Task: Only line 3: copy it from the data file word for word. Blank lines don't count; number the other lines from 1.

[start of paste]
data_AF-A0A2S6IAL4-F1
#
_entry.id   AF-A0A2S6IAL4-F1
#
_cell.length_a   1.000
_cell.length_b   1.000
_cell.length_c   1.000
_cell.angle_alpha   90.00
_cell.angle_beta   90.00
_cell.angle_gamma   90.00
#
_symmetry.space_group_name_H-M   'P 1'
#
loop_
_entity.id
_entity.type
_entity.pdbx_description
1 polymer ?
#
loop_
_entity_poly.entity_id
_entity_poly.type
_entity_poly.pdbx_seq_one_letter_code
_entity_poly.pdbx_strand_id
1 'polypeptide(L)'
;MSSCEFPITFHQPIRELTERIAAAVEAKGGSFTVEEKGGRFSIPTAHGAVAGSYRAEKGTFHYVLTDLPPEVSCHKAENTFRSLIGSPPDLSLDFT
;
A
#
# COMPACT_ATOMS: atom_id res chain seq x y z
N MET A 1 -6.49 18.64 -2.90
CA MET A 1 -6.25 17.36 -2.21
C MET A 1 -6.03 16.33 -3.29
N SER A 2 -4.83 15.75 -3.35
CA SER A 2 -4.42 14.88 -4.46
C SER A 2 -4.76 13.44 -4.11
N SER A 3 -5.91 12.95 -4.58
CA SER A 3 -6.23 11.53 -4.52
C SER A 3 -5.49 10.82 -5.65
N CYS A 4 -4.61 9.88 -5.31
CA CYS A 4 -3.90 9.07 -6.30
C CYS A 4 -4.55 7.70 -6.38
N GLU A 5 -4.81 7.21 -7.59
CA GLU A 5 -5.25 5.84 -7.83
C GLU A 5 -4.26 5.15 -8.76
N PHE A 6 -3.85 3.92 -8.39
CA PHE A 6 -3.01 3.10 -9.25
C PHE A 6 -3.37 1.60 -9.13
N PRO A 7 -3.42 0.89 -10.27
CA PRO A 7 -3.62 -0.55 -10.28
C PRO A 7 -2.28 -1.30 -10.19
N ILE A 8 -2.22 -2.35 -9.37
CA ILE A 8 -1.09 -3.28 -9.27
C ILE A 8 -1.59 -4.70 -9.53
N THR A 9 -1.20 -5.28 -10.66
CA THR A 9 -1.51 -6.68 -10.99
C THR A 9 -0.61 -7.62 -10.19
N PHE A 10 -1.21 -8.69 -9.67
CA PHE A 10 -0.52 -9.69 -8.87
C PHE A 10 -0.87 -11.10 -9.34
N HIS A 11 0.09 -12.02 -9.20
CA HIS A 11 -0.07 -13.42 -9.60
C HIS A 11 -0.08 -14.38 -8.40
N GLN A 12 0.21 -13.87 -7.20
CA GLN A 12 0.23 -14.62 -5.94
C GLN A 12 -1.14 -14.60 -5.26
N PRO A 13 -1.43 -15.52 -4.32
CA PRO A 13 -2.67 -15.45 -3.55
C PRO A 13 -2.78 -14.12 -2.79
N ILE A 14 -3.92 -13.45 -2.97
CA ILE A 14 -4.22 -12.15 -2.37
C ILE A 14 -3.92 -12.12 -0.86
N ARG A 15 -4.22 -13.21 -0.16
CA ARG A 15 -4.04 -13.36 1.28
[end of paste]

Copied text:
_entry.id   AF-A0A2S6IAL4-F1